Document Detail

Mental health and abortion: review and analysis.
MedLine Citation:
PMID:  2682716     Owner:  NLM     Status:  MEDLINE    
This survey of studies which relate to the emotional sequelae of induced abortion, draws attention to the need for more long-term, in-depth prospective studies. The literature to this point finds no psychiatric indications for abortion, and no satisfactory evidence that abortion improves the psychological state of those not mentally ill; abortion is contra-indicated when psychiatric disease is present, as mental ill-health has been shown to be worsened by abortion. Recent studies are turning up an alarming rate of post-abortion complications such as P.I.D., and subsequent infertility. The emotional impact of these complications needs to be studied. Other considerations looked at are the long-term demographic implications of abortion on demand and the effect on the medical professions.
The majority of abortions performed today are due to social or psychological reasons. In the 1950's, 50% of all abortions were justified for psychiatric reasons; that figure today is closer to 95%. The reasons for therapeutic abortion cannot justify the psychological trauma that mentally unstable women go through after an abortion; data available today supports this theory. There have been a number of studies that have tried to prove that abortion is not harmful to a woman's state of mind. However, the flaws of these studies include: the lack of controlled studies where abortions are randomized as a treatment for pregnancy; not taking into account the woman's state of mind before the pregnancy; use of questionnaires to gain information on well-suppressed feelings; and few studies with comparison groups. It has also been discovered that women who had elective abortions suffered higher psychological trauma than women who gave birth to stillborn children. However, emotional distress was found to be higher among women that had repeat abortions. In other studies, it was found that women who had previous abortions and were looking forward to being pregnant were more anxious about the pregnancy than women who had never had abortions. Recent studies on women that have had abortions show that they run a greater risk of complications such as: eclampsia, bleeding, miscarriage, maternal mortality and post-partum complications. Past abortions may also have an effect on the relationship which exists between the mother and surviving children. Some studies have also discovered feelings of shame and uneasiness in medical personnel who conduct abortions. Factors such as amniocentesis, eugenics and demography figure prominently in the prevalence of abortions.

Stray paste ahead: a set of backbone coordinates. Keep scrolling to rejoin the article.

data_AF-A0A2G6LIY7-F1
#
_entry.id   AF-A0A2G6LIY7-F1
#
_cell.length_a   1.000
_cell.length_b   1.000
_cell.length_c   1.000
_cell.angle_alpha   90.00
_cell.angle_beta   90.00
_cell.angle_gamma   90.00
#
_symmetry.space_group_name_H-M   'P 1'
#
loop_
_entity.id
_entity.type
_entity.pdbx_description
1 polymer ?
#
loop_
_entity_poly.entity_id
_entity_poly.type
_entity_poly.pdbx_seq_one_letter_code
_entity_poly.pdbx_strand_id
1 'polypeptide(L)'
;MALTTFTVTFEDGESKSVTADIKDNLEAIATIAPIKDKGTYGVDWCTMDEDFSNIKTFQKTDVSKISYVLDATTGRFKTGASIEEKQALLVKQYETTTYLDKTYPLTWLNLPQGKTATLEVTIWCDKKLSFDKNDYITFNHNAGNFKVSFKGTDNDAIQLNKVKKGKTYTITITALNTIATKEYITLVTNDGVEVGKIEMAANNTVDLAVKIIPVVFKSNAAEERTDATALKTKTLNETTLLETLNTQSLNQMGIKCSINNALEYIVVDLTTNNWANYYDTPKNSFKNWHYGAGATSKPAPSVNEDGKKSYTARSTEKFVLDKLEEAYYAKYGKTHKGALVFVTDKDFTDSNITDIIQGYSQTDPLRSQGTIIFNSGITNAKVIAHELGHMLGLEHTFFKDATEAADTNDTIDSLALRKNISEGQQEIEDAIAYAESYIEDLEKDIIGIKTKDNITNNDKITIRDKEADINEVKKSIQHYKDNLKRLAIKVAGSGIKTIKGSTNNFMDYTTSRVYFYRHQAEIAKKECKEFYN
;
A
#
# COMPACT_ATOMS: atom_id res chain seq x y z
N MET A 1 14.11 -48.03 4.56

P G Ney; A R Wickett
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Publication Detail:
Type:  Journal Article; Review    
Journal Detail:
Title:  Psychiatric journal of the University of Ottawa : Revue de psychiatrie de l'Université d'Ottawa     Volume:  14     ISSN:  0702-8466     ISO Abbreviation:  Psychiatr J Univ Ott     Publication Date:  1989 Nov 
Date Detail:
Created Date:  1989-12-19     Completed Date:  1989-12-19     Revised Date:  2004-11-18    
Medline Journal Info:
Nlm Unique ID:  7703518     Medline TA:  Psychiatr J Univ Ott     Country:  CANADA    
Other Details:
Languages:  eng     Pagination:  506-16     Citation Subset:  E; IM; J    
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MeSH Terms
Abortion, Induced / adverse effects,  psychology*
Follow-Up Studies
Mental Disorders / etiology
Mental Health*
Mentally Ill Persons
Pregnant Women
Risk Assessment*
Comment In:
Psychiatr J Univ Ott. 1990 Sep;15(3):183-6   [PMID:  2243885 ]
Psychiatr J Univ Ott. 1990 Nov;15(4):237   [PMID:  2284379 ]

From MEDLINE®/PubMed®, a database of the U.S. National Library of Medicine

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